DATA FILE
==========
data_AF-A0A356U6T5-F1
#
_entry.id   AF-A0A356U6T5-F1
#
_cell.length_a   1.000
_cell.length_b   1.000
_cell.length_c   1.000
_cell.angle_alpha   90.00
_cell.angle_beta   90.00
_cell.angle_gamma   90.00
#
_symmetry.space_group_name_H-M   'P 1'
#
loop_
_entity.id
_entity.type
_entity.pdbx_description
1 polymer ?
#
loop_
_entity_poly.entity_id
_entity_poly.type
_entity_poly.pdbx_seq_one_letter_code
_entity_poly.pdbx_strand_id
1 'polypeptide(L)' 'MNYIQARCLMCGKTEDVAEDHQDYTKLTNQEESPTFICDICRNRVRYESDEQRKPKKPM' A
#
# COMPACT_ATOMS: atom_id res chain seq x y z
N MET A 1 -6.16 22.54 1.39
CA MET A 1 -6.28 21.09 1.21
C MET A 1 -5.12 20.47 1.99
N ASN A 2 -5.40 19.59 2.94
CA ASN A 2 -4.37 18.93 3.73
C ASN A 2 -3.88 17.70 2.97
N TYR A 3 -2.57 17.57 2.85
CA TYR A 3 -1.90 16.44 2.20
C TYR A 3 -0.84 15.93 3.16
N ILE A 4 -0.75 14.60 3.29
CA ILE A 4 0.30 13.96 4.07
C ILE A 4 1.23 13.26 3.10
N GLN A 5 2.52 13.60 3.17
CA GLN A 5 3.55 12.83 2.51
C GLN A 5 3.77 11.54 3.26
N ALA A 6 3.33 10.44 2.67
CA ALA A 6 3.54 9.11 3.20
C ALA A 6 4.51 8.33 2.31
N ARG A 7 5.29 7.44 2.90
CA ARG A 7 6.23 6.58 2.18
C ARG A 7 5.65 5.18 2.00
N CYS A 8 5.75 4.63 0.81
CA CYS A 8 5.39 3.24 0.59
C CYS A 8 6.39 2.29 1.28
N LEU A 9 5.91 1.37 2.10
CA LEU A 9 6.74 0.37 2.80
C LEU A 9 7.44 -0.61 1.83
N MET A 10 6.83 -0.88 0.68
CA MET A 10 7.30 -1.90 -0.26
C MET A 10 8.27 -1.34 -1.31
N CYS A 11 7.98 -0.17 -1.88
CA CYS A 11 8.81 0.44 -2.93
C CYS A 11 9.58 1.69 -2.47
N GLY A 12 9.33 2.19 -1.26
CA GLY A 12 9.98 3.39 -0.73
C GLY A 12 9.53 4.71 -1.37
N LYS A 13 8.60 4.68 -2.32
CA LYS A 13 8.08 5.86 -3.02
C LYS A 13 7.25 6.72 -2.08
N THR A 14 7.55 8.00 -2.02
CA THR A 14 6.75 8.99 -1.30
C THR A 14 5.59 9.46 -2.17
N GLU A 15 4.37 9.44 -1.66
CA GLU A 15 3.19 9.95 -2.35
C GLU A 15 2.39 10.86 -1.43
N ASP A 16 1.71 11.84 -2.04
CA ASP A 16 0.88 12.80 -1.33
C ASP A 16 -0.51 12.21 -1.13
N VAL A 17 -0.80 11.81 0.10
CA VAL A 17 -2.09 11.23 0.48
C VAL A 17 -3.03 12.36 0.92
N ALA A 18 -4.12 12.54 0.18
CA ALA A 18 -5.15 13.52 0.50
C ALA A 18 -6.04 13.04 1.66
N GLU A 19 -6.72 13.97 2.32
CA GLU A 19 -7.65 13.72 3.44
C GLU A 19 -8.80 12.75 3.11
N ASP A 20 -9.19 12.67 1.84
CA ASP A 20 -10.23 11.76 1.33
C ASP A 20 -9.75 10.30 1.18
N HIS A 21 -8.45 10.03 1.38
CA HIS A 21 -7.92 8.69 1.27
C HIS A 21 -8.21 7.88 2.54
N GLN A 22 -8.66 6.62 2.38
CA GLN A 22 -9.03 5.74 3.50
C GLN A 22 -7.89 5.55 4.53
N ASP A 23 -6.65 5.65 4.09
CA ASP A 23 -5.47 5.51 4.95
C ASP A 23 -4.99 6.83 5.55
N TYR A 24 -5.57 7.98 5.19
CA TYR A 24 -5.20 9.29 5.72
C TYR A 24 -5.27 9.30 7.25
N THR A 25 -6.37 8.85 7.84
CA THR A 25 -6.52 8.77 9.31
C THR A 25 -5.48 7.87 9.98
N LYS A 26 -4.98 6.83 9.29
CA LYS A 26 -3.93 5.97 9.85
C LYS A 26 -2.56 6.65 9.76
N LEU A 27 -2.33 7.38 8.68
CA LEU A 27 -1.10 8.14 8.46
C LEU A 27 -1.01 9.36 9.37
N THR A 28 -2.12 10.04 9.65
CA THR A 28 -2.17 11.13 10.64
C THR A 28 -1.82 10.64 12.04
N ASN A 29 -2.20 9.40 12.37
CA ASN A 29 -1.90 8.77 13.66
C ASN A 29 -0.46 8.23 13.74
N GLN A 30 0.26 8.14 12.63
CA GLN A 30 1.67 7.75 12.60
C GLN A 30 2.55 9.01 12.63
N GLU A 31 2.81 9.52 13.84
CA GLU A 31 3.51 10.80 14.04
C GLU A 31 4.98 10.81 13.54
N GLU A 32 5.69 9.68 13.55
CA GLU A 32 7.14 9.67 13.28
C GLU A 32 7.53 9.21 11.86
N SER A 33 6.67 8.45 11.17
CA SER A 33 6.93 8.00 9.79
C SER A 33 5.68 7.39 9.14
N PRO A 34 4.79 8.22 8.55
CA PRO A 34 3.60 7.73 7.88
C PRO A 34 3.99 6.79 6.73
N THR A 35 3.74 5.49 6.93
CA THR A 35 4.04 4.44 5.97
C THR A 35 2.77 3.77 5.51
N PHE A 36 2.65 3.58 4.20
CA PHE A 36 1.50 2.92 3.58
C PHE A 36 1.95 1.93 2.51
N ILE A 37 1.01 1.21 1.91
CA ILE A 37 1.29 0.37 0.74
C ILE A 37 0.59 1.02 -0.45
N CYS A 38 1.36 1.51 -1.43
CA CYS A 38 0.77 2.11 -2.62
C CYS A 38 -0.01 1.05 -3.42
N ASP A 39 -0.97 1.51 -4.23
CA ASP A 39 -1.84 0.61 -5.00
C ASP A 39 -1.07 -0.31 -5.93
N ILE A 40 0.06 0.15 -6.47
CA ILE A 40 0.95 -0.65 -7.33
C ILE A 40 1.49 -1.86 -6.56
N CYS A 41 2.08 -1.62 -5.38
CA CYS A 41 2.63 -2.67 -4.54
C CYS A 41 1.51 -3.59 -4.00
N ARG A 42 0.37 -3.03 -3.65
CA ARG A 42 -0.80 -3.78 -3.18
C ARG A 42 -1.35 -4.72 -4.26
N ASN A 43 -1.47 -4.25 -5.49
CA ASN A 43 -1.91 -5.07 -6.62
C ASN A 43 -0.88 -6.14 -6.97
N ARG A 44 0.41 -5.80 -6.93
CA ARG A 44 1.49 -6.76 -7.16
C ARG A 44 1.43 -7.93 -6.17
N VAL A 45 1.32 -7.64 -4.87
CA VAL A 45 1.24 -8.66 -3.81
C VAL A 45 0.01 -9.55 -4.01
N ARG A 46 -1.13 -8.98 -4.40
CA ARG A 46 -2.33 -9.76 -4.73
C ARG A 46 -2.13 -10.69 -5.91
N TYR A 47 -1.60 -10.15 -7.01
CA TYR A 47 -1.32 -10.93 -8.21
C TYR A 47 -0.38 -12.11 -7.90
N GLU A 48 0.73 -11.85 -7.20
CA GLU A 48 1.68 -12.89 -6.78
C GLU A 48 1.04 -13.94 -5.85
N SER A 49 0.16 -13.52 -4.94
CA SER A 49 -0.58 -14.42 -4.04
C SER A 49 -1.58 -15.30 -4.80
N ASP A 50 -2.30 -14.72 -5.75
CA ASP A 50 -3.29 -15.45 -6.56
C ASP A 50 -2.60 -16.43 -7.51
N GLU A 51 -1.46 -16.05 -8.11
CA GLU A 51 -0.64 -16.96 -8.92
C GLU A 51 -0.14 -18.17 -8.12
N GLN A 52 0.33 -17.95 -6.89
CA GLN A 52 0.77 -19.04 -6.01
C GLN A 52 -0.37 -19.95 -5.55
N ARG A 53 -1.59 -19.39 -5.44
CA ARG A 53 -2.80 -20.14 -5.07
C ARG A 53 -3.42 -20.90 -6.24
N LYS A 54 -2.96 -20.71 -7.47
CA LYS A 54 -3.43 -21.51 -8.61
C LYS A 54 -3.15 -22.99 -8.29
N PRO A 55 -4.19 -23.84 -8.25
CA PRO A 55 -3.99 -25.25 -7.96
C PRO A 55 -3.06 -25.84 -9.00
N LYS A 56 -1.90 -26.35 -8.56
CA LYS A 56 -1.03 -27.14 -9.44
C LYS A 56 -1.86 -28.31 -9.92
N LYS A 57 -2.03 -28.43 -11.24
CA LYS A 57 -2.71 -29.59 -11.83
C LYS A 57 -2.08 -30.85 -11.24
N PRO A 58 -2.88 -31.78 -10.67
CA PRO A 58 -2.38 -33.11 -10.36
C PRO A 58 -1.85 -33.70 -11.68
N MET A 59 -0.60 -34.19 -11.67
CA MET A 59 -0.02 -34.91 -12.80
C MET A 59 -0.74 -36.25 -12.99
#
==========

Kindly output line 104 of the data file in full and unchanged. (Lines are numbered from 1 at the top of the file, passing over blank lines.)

CA LYS A 26 -3.93 5.97 9.85